There is a huge difference between the modern concept of man and the religious principle that states that there is a spiritual dimension that is just as important and powerful as any of the others. To deny it any food creates an emptiness or void that nothing else can fill. And if it is feed with good nourishment it creates well-balanced, responsible men and women --- the best on earth.
Richard H. Jones in his book Mysticism and Morality, A New Look At Old Questions wrote:
Religious worldviews . . . can provide a framework in which morality makes sense and is the highest social vision. This makes the context of religious . . . guides different from that of nonreligious ones. . . . In sum, a religion can provide reasons and motives for being moral, even if morality is logically autonomous [uncontrolled and uncoerced by outside forces]. (p. 60)
Religion is so important, impactful and far-reaching in its influence that religion (good religion) and morality are the twin pillars of a free society. Anything that weakens these pillars threaten the liberty, prosperity and well-being of the people. (Ibid.)
The point is, spirituality and virtue are the backbone and life blood of all great nations. This is what holds everything together. If they are rejected, the consequences are very heavy to bear. A good case in point is the old Soviet Russia, the once U.S.S.R. Their ethics of atheism was torn apart by crime, greed and every vice known in the book. Russia today still suffers the aftermath of such a faulty foundation for peace and prosperity. No nation can long survive that tries to build their future on the ethics of the sewer, the ethics of "anything goes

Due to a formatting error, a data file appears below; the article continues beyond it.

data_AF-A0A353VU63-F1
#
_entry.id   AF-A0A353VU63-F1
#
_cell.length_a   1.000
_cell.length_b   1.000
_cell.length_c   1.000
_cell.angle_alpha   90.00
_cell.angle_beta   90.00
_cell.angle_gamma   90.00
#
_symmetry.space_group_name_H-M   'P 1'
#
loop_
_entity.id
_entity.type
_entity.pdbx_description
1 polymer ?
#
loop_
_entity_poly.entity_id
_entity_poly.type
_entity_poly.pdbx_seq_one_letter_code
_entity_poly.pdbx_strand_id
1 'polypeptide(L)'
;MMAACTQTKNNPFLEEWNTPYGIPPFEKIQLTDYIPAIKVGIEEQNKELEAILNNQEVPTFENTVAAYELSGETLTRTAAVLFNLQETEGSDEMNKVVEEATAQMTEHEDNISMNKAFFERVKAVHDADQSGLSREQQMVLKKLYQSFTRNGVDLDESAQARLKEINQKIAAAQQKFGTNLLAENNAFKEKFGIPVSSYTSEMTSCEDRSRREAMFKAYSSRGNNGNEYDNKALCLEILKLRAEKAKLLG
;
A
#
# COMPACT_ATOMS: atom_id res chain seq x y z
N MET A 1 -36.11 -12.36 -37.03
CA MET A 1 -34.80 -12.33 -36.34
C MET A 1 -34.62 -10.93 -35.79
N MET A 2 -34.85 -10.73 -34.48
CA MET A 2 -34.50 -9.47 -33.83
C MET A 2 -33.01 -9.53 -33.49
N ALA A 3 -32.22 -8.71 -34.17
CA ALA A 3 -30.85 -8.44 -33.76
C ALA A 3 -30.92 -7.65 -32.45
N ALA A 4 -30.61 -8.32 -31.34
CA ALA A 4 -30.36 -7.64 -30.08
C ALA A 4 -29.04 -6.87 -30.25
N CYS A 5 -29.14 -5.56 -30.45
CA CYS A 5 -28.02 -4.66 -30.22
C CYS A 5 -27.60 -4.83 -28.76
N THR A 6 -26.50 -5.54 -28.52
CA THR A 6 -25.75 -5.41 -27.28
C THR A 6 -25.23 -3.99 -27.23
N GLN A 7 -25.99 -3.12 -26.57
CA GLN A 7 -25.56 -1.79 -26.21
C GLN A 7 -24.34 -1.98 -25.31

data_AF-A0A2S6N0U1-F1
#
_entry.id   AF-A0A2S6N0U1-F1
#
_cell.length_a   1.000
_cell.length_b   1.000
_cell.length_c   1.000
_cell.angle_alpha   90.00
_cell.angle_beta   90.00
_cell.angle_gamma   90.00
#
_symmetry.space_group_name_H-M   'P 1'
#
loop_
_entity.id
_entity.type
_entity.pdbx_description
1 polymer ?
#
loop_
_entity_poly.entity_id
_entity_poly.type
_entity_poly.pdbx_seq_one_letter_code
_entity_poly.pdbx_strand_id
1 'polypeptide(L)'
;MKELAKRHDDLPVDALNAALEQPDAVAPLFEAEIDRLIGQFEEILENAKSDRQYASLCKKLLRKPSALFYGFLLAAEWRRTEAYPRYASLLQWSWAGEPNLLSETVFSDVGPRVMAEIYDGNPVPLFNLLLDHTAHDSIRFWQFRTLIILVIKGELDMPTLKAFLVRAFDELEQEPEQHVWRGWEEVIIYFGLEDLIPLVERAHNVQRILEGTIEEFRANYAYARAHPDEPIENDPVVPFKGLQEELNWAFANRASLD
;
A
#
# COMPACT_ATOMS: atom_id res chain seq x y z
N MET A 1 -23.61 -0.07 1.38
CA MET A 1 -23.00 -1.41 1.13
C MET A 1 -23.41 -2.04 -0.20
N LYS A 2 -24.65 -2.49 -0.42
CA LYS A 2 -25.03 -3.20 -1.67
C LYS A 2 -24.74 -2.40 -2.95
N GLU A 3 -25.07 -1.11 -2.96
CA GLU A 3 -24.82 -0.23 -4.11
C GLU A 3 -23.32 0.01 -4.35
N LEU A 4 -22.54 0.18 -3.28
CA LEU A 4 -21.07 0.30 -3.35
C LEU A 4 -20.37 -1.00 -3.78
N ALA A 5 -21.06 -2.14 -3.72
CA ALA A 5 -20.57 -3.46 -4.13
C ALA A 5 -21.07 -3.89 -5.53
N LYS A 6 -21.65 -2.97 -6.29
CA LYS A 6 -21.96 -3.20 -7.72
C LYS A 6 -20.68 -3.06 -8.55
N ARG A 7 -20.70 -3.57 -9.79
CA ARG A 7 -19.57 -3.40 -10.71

" or situational morality. Hitler knowing the power of religion, declared, "It is always more difficult to fight against faith than knowledge.
Religion is an extremely powerful force and it must promote love, not hate, models, not judges, examples, not accusers, fault finders or revenge seekers. The morality of being a light, a real example of the best in man and showing the way is what is needed to make a country a great and a wonderful place in which to live. These lofty principles and ideals need the support of a heartfelt belief in God. No other basis for morality can long endure without this. Which is why the astute Alexis de Tocqueville, who sought to discover the real "genius
" of American, the greatest and most impressive nation on earth in his day and time, was most impressed above all other things that "the churches of America
" were "aflame with righteousness,
" teaching goodwill. In other words, they overflowed with
devotion to God and virtue --- love for what is wholesome, beautiful and meaningful in life --- things which touch the deep inner longings of the heart. No wonder things went well in this land at that time. "Virtue is health [well-being and prosperity], vice is sickness [waste and ruin].
" (Petrarch, 2009: www.famousquotesandauthors.com/authors
) De Tocqueville concluded that, "The safeguard of morality is religion, and morality is the best security of law and the surest pledge of freedom.
" (Democracy in America
, Reeves, Trans. vol.1, pp 40-41) Good religion creates, maintains and perpetuates these shining and glorious qualities that can change a man within to the very depth of his soul.